Archive for May, 2017


Wednesday, May 24th, 2017

I was privileged to be alive during the time of Vatican II.  I believe it was one of the most exciting times in Catholic Church history.  At the beginning of the Conference the windows were opened as a symbolic gesture to show that we were inviting and welcoming the Holy Spirit to come in and take charge of the Conference and the Church.  In the days and years that followed Vatican II, that happened.

The Holy Spirit wanted more participation at Mass, and there were dramatic changes to bring that about.  The Holy Spirit inspired volumes of new music that was uplifting, joyful, and lively, but also reverent and prayerful.  The words were mostly based on Scripture and the melodies were easily sing-able.  The Holy Spirit wanted the Mass language to be based on true meaning rather than literal translation.  He wanted us to say what we mean and mean what we say.  Mass was no longer a spectator event.  There was a new excitement in the Mass.  It was something we really looked forward to.  The focus was on Jesus, not on ritual and religion.  There was a new zeal and enthusiasm for our Catholic faith.

In 1967 there was a powerful outpouring of the gifts of the Holy Spirit.  It spread like wildfire through the Catholic Church and other mainline denominations.  There was a new discovery of and intense interest in the Bible.  Countless lives were transformed as Catholics invited Jesus into their hearts and experienced a new personal relationship with him.  The Holy Spirit desired unity in the Body of Christ.  The ecumenical movement grew and flourished.  There were many large gatherings and conferences where Catholics and Protestants joined together in powerful praise and worship.  The Holy Spirit desired community in our parishes.  Many small faith sharing groups developed where parishioners really got to know and love one another.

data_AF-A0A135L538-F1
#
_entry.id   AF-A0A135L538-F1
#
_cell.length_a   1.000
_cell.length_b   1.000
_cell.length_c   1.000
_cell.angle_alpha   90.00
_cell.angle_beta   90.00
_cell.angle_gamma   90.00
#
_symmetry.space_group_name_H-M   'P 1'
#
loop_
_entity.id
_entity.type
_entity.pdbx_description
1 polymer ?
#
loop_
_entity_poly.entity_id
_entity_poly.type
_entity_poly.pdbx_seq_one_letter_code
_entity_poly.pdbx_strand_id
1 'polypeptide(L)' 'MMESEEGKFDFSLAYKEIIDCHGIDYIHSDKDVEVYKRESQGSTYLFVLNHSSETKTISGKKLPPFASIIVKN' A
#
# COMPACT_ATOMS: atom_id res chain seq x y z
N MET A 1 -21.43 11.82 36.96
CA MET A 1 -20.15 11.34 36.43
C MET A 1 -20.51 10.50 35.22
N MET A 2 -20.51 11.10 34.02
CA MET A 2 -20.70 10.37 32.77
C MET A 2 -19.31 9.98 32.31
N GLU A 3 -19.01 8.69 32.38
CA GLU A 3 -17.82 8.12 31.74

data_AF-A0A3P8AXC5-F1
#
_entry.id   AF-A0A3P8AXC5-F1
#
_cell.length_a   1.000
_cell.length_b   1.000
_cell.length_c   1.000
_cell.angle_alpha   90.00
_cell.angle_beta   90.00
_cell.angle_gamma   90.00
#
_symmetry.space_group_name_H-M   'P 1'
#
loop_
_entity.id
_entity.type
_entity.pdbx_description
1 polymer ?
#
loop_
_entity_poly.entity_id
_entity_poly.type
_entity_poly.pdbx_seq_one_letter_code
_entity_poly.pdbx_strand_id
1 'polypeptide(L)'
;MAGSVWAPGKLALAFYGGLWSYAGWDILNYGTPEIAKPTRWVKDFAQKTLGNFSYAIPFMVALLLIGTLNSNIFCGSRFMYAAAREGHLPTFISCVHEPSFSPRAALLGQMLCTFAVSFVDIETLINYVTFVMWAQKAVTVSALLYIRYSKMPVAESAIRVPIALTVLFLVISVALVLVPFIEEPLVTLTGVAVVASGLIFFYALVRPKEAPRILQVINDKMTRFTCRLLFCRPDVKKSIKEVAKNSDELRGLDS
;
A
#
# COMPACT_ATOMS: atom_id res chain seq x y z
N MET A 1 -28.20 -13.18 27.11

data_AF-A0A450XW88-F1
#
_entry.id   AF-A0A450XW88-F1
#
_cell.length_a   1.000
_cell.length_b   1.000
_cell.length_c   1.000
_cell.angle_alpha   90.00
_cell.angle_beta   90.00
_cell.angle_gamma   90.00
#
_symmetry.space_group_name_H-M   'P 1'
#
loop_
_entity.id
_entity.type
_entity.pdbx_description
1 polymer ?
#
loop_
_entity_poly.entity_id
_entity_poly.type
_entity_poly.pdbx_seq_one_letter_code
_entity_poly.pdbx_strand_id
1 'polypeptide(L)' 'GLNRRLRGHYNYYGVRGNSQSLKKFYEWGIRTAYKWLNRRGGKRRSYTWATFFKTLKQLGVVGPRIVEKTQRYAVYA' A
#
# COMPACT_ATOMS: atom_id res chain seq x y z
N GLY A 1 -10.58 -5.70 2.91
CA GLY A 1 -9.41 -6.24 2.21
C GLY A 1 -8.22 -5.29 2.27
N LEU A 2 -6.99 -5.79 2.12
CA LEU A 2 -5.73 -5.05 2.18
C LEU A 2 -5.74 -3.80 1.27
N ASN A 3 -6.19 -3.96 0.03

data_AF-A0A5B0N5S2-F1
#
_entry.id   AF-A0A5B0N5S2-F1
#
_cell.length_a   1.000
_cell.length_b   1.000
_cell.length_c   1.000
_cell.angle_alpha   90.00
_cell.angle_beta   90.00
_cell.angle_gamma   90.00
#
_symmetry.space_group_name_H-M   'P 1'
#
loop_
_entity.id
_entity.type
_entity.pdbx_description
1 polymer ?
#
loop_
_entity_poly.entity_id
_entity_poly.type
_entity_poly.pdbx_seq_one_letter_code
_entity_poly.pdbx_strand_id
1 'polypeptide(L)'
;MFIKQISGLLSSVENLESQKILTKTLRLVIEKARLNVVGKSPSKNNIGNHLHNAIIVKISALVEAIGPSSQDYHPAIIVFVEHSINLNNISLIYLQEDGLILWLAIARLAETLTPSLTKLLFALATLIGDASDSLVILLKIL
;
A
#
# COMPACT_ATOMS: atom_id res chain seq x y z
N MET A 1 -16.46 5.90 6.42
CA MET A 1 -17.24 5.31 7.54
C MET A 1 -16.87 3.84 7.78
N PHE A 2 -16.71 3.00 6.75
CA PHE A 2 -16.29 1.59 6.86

As we approach Pentecost we need to open the Church windows once again.  We need to invite the Holy Spirit to come in and take charge of our lives and our Church once again.  We need to allow him to take us where he wants us to go.  We need to sincerely pray that he will rekindle in us the fire of his love, his joy, his peace, his mercy, his power, his gifts, his fruits, his zeal and his enthusiasm for our precious faith. You can make this a Novena to the Holy Spirit by praying it every day for nine days beginning this Friday.

The early Church grew and prospered because it was a true Pentecostal Church.  They were filled with and led by the Holy Spirit.  The Holy Spirit was in charge.  That’s what we need if we are to grow and prosper individually and as the Church today.




Friday, May 5th, 2017

Today’s first Mass reading is Acts 9:1-20.  It recounts the dramatic story of Paul’s conversion.  Several things struck me in this reading.  First of all, Jesus equates persecution of Christians with persecuting him.  (verse 4)  So Jesus himself is being persecuted in the world today in various places by various people, even here in the U.S.  It’s a pretty sad state of affairs when the President has to sign an executive order prohibiting the persecution of Christians.  It’s basically like issuing an executive order that people have to abide by first amendment of the Constitution.